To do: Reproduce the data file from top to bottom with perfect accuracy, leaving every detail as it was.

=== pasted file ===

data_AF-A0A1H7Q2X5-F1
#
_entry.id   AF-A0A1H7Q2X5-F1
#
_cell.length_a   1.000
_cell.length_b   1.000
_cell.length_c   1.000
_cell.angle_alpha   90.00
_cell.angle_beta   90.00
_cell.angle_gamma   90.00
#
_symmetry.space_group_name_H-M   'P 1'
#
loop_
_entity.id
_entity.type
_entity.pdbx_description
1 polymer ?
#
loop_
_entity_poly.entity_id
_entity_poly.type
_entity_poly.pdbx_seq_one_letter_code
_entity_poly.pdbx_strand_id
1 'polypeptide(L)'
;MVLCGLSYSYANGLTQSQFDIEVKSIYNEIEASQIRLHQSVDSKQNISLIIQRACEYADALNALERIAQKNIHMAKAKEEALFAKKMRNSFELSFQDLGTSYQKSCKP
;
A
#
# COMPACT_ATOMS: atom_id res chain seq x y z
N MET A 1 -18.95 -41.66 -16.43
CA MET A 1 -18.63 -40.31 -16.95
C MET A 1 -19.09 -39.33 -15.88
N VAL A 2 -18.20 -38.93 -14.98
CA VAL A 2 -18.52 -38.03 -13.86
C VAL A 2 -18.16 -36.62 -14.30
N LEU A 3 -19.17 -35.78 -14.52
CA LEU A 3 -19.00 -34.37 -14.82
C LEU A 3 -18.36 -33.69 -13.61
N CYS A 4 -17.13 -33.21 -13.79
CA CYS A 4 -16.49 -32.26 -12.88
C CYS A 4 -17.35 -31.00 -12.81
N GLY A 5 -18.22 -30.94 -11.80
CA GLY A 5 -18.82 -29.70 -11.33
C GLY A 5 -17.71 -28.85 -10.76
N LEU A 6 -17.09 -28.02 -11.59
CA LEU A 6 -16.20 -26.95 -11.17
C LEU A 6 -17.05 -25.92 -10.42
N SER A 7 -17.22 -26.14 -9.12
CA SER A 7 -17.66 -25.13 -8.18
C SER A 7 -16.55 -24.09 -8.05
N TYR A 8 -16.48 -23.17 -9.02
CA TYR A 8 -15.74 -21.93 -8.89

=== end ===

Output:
data_AF-A0A1H7Q2X5-F1
#
_entry.id   AF-A0A1H7Q2X5-F1
#
_cell.length_a   1.000
_cell.length_b   1.000
_cell.length_c   1.000
_cell.angle_alpha   90.00
_cell.angle_beta   90.00
_cell.angle_gamma   90.00
#
_symmetry.space_group_name_H-M   'P 1'
#
loop_
_entity.id
_entity.type
_entity.pdbx_description
1 polymer ?
#
loop_
_entity_poly.entity_id
_entity_poly.type
_entity_poly.pdbx_seq_one_letter_code
_entity_poly.pdbx_strand_id
1 'polypeptide(L)'
;MVLCGLSYSYANGLTQSQFDIEVKSIYNEIEASQIRLHQSVDSKQNISLIIQRACEYADALNALERIAQKNIHMAKAKEEALFAKKMRNSFELSFQDLGTSYQKSCKP
;
A
#
# COMPACT_ATOMS: atom_id res chain seq x y z
N MET A 1 -18.95 -41.66 -16.43
CA MET A 1 -18.63 -40.31 -16.95
C MET A 1 -19.09 -39.33 -15.88
N VAL A 2 -18.20 -38.93 -14.98
CA VAL A 2 -18.52 -38.03 -13.86
C VAL A 2 -18.16 -36.62 -14.30
N LEU A 3 -19.17 -35.78 -14.52
CA LEU A 3 -19.00 -34.37 -14.82
C LEU A 3 -18.36 -33.69 -13.61
N CYS A 4 -17.13 -33.21 -13.79
CA CYS A 4 -16.49 -32.26 -12.88
C CYS A 4 -17.35 -31.00 -12.81
N GLY A 5 -18.22 -30.94 -11.80
CA GLY A 5 -18.82 -29.70 -11.33
C GLY A 5 -17.71 -28.85 -10.76
N LEU A 6 -17.09 -28.02 -11.59
CA LEU A 6 -16.20 -26.95 -11.17
C LEU A 6 -17.05 -25.92 -10.42
N SER A 7 -17.22 -26.14 -9.12
CA SER A 7 -17.66 -25.13 -8.18
C SER A 7 -16.55 -24.09 -8.05
N TYR A 8 -16.48 -23.17 -9.02
CA TYR A 8 -15.74 -21.93 -8.89